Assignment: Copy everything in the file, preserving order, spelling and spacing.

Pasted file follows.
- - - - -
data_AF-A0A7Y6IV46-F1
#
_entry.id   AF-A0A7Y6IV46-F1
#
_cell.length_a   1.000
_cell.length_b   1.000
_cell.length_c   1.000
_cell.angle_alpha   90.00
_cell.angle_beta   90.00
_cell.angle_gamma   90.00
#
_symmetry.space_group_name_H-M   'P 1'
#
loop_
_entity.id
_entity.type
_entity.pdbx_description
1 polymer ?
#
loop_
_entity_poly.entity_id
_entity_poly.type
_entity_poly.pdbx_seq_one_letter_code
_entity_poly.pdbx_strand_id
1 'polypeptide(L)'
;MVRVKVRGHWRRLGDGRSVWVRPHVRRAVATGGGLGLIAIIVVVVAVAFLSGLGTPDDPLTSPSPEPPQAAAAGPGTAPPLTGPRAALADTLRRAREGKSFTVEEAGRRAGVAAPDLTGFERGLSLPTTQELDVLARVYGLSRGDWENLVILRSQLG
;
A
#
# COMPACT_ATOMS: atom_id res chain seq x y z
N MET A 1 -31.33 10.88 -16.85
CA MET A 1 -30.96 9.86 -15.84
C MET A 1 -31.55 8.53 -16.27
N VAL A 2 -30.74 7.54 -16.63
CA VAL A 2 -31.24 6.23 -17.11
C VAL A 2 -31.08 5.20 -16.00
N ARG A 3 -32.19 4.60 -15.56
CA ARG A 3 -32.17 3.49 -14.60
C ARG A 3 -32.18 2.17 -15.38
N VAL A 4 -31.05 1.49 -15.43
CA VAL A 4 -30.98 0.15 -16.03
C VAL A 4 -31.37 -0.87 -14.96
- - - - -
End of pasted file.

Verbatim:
data_AF-A0A7Y6IV46-F1
#
_entry.id   AF-A0A7Y6IV46-F1
#
_cell.length_a   1.000
_cell.length_b   1.000
_cell.length_c   1.000
_cell.angle_alpha   90.00
_cell.angle_beta   90.00
_cell.angle_gamma   90.00
#
_symmetry.space_group_name_H-M   'P 1'
#
loop_
_entity.id
_entity.type
_entity.pdbx_description
1 polymer ?
#
loop_
_entity_poly.entity_id
_entity_poly.type
_entity_poly.pdbx_seq_one_letter_code
_entity_poly.pdbx_strand_id
1 'polypeptide(L)'
;MVRVKVRGHWRRLGDGRSVWVRPHVRRAVATGGGLGLIAIIVVVVAVAFLSGLGTPDDPLTSPSPEPPQAAAAGPGTAPPLTGPRAALADTLRRAREGKSFTVEEAGRRAGVAAPDLTGFERGLSLPTTQELDVLARVYGLSRGDWENLVILRSQLG
;
A
#
# COMPACT_ATOMS: atom_id res chain seq x y z
N MET A 1 -31.33 10.88 -16.85
CA MET A 1 -30.96 9.86 -15.84
C MET A 1 -31.55 8.53 -16.27
N VAL A 2 -30.74 7.54 -16.63
CA VAL A 2 -31.24 6.23 -17.11
C VAL A 2 -31.08 5.20 -16.00
N ARG A 3 -32.19 4.60 -15.56
CA ARG A 3 -32.17 3.49 -14.60
C ARG A 3 -32.18 2.17 -15.38
N VAL A 4 -31.05 1.49 -15.43
CA VAL A 4 -30.98 0.15 -16.03
C VAL A 4 -31.37 -0.87 -14.96